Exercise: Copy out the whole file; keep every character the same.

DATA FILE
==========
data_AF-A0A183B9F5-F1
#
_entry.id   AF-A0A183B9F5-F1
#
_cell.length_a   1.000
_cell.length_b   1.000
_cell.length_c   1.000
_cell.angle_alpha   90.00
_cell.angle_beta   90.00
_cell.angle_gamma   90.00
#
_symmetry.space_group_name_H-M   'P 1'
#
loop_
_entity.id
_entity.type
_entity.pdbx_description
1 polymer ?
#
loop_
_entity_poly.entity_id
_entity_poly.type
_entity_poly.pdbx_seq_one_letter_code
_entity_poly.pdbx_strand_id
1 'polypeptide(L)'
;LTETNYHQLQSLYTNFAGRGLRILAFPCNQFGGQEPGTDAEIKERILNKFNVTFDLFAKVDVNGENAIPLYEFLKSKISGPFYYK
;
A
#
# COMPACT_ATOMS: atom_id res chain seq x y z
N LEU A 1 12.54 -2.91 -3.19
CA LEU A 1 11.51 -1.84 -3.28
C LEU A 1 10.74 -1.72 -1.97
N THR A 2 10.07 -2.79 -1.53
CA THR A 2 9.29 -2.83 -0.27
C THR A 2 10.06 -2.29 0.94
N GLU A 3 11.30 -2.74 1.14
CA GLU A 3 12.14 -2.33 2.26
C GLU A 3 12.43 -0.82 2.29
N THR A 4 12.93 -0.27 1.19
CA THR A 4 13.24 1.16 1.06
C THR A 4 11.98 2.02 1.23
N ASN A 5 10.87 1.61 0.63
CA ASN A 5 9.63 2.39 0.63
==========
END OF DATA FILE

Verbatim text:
data_AF-A0A183B9F5-F1
#
_entry.id   AF-A0A183B9F5-F1
#
_cell.length_a   1.000
_cell.length_b   1.000
_cell.length_c   1.000
_cell.angle_alpha   90.00
_cell.angle_beta   90.00
_cell.angle_gamma   90.00
#
_symmetry.space_group_name_H-M   'P 1'
#
loop_
_entity.id
_entity.type
_entity.pdbx_description
1 polymer ?
#
loop_
_entity_poly.entity_id
_entity_poly.type
_entity_poly.pdbx_seq_one_letter_code
_entity_poly.pdbx_strand_id
1 'polypeptide(L)'
;LTETNYHQLQSLYTNFAGRGLRILAFPCNQFGGQEPGTDAEIKERILNKFNVTFDLFAKVDVNGENAIPLYEFLKSKISGPFYYK
;
A
#
# COMPACT_ATOMS: atom_id res chain seq x y z
N LEU A 1 12.54 -2.91 -3.19
CA LEU A 1 11.51 -1.84 -3.28
C LEU A 1 10.74 -1.72 -1.97
N THR A 2 10.07 -2.79 -1.53
CA THR A 2 9.29 -2.83 -0.27
C THR A 2 10.06 -2.29 0.94
N GLU A 3 11.30 -2.74 1.14
CA GLU A 3 12.14 -2.33 2.26
C GLU A 3 12.43 -0.82 2.29
N THR A 4 12.93 -0.27 1.19
CA THR A 4 13.24 1.16 1.06
C THR A 4 11.98 2.02 1.23
N ASN A 5 10.87 1.61 0.63
CA ASN A 5 9.63 2.39 0.63